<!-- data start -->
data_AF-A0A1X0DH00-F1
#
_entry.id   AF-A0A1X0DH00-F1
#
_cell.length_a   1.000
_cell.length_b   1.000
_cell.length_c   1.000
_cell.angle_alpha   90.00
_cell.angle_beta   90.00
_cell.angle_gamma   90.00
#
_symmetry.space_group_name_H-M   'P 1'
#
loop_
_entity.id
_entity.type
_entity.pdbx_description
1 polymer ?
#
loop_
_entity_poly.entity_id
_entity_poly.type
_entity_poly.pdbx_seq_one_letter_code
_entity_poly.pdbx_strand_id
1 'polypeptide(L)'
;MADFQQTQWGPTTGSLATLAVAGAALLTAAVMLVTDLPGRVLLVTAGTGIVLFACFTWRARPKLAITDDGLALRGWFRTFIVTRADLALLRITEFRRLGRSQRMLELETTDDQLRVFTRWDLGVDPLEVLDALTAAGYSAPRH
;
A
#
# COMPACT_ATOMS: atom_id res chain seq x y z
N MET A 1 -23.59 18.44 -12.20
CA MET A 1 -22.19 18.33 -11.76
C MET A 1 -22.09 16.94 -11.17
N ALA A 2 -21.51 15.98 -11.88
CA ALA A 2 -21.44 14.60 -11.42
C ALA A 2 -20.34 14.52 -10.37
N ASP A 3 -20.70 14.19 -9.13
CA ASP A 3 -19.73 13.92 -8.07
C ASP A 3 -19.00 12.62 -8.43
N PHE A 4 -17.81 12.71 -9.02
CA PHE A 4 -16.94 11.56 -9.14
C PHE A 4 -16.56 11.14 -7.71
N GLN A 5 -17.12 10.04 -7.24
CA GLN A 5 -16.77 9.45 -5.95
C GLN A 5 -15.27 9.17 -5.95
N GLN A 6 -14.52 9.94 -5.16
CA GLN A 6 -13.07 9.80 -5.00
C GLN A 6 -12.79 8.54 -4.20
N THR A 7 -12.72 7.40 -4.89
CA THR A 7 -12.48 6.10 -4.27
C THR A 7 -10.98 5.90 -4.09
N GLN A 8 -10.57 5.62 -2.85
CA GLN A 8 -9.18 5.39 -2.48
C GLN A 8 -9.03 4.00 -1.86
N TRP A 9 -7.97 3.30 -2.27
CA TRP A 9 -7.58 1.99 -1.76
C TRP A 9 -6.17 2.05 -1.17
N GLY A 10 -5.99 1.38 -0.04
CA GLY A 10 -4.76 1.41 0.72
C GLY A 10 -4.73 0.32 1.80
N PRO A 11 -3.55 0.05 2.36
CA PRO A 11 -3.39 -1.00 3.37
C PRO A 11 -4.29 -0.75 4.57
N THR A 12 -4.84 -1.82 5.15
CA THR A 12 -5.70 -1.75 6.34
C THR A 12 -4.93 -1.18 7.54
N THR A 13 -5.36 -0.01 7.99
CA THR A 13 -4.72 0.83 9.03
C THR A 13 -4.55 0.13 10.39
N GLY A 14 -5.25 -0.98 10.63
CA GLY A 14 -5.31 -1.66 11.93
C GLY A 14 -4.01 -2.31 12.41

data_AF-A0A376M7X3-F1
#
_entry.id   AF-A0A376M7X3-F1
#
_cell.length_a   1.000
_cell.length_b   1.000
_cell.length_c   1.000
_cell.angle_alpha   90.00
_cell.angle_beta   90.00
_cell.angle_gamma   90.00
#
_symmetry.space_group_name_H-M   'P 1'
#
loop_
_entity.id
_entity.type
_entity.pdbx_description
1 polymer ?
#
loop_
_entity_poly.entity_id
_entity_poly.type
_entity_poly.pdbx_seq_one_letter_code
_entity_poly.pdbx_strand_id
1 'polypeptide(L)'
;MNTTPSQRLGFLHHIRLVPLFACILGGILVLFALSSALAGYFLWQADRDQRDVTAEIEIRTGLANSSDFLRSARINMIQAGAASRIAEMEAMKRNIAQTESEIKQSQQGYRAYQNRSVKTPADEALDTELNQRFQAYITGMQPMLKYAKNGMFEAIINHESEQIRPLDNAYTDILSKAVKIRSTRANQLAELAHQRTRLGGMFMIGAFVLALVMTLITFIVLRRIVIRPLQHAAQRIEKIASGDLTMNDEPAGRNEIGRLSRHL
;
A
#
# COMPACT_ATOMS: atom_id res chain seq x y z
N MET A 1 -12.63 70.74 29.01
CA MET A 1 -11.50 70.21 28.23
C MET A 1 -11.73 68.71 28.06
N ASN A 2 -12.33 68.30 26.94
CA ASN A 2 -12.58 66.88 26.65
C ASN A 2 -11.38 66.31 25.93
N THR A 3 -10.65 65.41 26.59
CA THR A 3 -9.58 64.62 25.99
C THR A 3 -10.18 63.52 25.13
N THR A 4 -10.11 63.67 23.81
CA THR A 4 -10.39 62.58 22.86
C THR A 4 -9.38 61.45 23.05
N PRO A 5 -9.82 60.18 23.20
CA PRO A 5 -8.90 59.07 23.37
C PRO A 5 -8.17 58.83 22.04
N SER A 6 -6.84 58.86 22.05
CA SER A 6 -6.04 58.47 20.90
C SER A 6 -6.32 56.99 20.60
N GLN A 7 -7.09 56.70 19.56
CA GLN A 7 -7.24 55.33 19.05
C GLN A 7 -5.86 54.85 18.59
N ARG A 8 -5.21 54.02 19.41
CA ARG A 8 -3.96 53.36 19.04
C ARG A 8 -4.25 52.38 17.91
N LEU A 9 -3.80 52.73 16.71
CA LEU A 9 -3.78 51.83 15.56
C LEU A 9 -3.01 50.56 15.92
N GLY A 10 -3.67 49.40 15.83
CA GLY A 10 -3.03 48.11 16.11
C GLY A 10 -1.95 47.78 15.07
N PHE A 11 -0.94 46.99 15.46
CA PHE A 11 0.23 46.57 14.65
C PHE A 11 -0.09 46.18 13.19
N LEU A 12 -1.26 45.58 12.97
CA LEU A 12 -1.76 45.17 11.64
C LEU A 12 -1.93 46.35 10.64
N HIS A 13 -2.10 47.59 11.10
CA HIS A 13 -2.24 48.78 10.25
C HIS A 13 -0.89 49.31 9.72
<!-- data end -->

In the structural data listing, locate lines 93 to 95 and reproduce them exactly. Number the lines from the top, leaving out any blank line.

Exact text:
_entity_poly.entity_id
_entity_poly.type
_entity_poly.pdbx_seq_one_letter_code